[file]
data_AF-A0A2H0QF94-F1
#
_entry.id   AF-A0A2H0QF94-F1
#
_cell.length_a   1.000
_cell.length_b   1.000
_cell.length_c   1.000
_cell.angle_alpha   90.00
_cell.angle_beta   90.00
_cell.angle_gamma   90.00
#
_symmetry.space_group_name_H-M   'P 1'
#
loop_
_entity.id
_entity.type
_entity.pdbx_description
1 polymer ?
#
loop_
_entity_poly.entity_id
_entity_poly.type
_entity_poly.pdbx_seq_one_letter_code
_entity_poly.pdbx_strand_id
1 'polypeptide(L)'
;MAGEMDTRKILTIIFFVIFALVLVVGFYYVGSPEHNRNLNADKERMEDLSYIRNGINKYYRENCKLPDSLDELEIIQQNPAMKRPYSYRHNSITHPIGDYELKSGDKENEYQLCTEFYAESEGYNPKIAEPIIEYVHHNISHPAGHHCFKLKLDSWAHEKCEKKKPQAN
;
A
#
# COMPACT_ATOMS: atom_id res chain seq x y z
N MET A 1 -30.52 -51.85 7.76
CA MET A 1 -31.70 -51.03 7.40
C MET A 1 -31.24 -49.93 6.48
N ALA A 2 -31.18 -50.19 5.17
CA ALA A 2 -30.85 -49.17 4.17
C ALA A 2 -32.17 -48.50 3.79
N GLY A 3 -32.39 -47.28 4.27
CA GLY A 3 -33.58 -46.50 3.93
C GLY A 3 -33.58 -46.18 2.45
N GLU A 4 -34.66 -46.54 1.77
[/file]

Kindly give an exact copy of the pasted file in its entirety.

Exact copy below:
data_AF-A0A2H0QF94-F1
#
_entry.id   AF-A0A2H0QF94-F1
#
_cell.length_a   1.000
_cell.length_b   1.000
_cell.length_c   1.000
_cell.angle_alpha   90.00
_cell.angle_beta   90.00
_cell.angle_gamma   90.00
#
_symmetry.space_group_name_H-M   'P 1'
#
loop_
_entity.id
_entity.type
_entity.pdbx_description
1 polymer ?
#
loop_
_entity_poly.entity_id
_entity_poly.type
_entity_poly.pdbx_seq_one_letter_code
_entity_poly.pdbx_strand_id
1 'polypeptide(L)'
;MAGEMDTRKILTIIFFVIFALVLVVGFYYVGSPEHNRNLNADKERMEDLSYIRNGINKYYRENCKLPDSLDELEIIQQNPAMKRPYSYRHNSITHPIGDYELKSGDKENEYQLCTEFYAESEGYNPKIAEPIIEYVHHNISHPAGHHCFKLKLDSWAHEKCEKKKPQAN
;
A
#
# COMPACT_ATOMS: atom_id res chain seq x y z
N MET A 1 -30.52 -51.85 7.76
CA MET A 1 -31.70 -51.03 7.40
C MET A 1 -31.24 -49.93 6.48
N ALA A 2 -31.18 -50.19 5.17
CA ALA A 2 -30.85 -49.17 4.17
C ALA A 2 -32.17 -48.50 3.79
N GLY A 3 -32.39 -47.28 4.27
CA GLY A 3 -33.58 -46.50 3.93
C GLY A 3 -33.58 -46.18 2.45
N GLU A 4 -34.66 -46.54 1.77